Serves 2-3 people for breakfast and makes about 20 small drop scones/ scotch pancakes (they are the same thing, right?). Also works with soya yoghurt and non-dairy milk e.g. almond or soya but needs the egg so not suitable for vegans.
- 100g oats (you can can gluten free oats if you need those)
- 4 tbsp yoghurt (of any kind – fruit/plain/greek, soya)
- 1 egg, organic natch
- 1 banana
- possibly a splash of milk
- 1/4 teaspoon of bicarb of soda
- sunflower oil or butter (better) for frying
- Attack the oats with a stick blender until they make a rough flour (or buy oat flour but it costs a bomb)
- Add the egg, banana and yoghurt and carry on blending until you have a rough looking pancake mix. Lumps of banana are fine, unincorporated egg is not.
- If you need to, add a splash (or more) of milk. Sorry to be vague but it depends on how big and ripe your banana is, what kind of yoghurt. Add milk if its too solid to make pancakes with, but you do want a fairly thick batter, not at all like making crepes.
- Add the bicarb (or baking powder) and mix it in well
- Bang the bowl several times on the counter before cooking to pop the little bubbles
- Melt the butter and when hot enough, drop tablespoons of batter in, I usually do 4 per pan.
- When the batter bubbles, turn the pancakes over and cook for a few more minutes
- You can keep them warm in a low oven while you make the rest of the batches or just serve to hungry people as they’re ready
- Serve as they are or with maple syrup or (even better) rosehip syrup.
Serves 2 people with leftover lentils. Because leftover lentils are ESSENTIAL for LIFE
- Mug of black lentils (whole urad dal)
- 1 onion
- Splash of sunflower oil
- Tbsp bouillon powder or veg stock cube
- Knob of butter
- 1 butternut squash
- Splash of olive oil
- 4 tbsp Creme fraiche
- A generous handful of fresh sage and rosemary
- Soak the lentils (urad dal) for 8 hours or overnight
then rinse thoroughly
- Finely chop the onion then fry in the sunflower oil for 5-10 minutes, until soft and browning
- Add the lentils and the bouillon, or stock, disolved two mugs of boiling water. Cook with the lid on until the lentils are soft, about an hour. If there is any water left, boil rapidly with lid off until it’s gone (or drain if you prefer). You may also need to add water during cooking, dal is not an exact science.
- Peel and chop the squash into large slices or chunks (remove seeds) and toss in the olive oil, then bake at 220 degrees for 20 minutes (turn halfway through)
- Using a mezzaluna (or sharp knife and shopping board) very finely chop the herbs together with a half teaspoon of salt so that you end up with some delicious green, herblicious salty dust. Add 2/rds of this to the cooked dal together with a knob (or 2) of butter and warm through.
- Add the remaining salty herbs to the creme fraiche and stir well.
- To serve, ladle the lentils onto plates, top with the squash and a dollop of creme fraiche.
A note about the lentils: Urad dal aka black lentils aka black gram aka mungo beans can be found in Indian shops. If you can’t find them use puy lentils instead (much less soaking and cooking required though). Don’t use skinned urad dal or split urad dal – they taste totally different as the flavour comes from the skins.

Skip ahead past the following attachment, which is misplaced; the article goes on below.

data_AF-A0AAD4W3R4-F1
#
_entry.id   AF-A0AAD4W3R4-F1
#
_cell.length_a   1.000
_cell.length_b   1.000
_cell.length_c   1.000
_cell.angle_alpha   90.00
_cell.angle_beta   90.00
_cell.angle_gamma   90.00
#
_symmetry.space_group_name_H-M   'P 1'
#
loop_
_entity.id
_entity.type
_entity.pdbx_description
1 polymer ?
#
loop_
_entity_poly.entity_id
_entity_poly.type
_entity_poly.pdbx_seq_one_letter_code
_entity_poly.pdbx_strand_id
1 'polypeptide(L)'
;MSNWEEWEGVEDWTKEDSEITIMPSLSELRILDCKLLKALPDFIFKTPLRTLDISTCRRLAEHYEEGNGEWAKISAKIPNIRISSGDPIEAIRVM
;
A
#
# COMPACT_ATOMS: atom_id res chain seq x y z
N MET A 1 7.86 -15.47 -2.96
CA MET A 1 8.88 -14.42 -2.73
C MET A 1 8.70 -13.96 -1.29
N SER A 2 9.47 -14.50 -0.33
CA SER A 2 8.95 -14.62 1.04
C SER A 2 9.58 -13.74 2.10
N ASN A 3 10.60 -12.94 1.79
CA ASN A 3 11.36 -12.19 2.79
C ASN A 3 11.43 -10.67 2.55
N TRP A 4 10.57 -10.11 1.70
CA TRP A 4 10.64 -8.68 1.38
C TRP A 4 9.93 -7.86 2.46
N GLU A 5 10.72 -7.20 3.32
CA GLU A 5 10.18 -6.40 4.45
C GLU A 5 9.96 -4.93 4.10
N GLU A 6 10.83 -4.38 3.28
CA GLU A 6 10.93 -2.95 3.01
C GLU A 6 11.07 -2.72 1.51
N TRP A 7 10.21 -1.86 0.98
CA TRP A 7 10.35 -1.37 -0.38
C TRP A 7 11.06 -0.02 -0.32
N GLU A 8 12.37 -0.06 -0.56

You may have had them in Indian restaurants where they are cooked with masses of cream and butter. The skinned urad dal are ground to make dosas. What a versatile bean.
No weights here as it depends on what quantity of leftover lentils you have. Just bung everything in and it should work. This makes it a useful leftovers recipe, not like that awkward Nigel Slater programme that claimed to use leftovers but in reality continued with his usual style of recipe (admittedly usually lovely) but with some allegedly stale cheese or overripe bananas or whatever. A good leftovers recipe can not be precise.
- Cooked green lentils (I had about 4 portions’ worth, I always cook too many because they are cheap, I love them and the leftovers are versatile)
- Soya mince
- Rye flour
- Heat oven to 200 degrees c, grease a baking sheet.
- Blend half the lentils and leave half whole
- Mix both with a few handfuls of soya mince (mine was straight from the freezer), a beaten egg, lots of fresh or dried oregano and salt and pepper. My lentils were cooked in stock, garlic and chilli so already flavoursome but if yours are plain add some more flavour here.
- Add enough rye flour to enable you to shape into burgers.
- Bake for 25 minutes, turning half way through.
Served with lettuce and Wensleydale
Quick to make simple, crunchy biscuits.
- 150g porridge oats
- 100g ground almonds
- 125g caster sugar
- 100g butter or marge (I used soya marge which is pretty neutral tasting, so oat flavour is prominent, but butter would be delicious)
- Heat oven to 180 degrees c, grease a baking sheet.
- Put the oats in a bowl or jug and use a stick blender to turn into a rough flour. You could just buy oat flour but its insanely expensive and oats are dirty cheap.
- Mix the oats with the sugar and ground almonds.
- Rub the butter or marge into the dry ingredients to make damp crumbs.
- Mould the mixture into rough rounds (or perfect rounds if you wish) and pop on the baking sheet.
- Bake for 15-20 minutes and then take out of the oven and leave to cool and crisp. They’ll come out of the oven soft but don’t be tempted to bake for longer, they turn crunchy as they cool.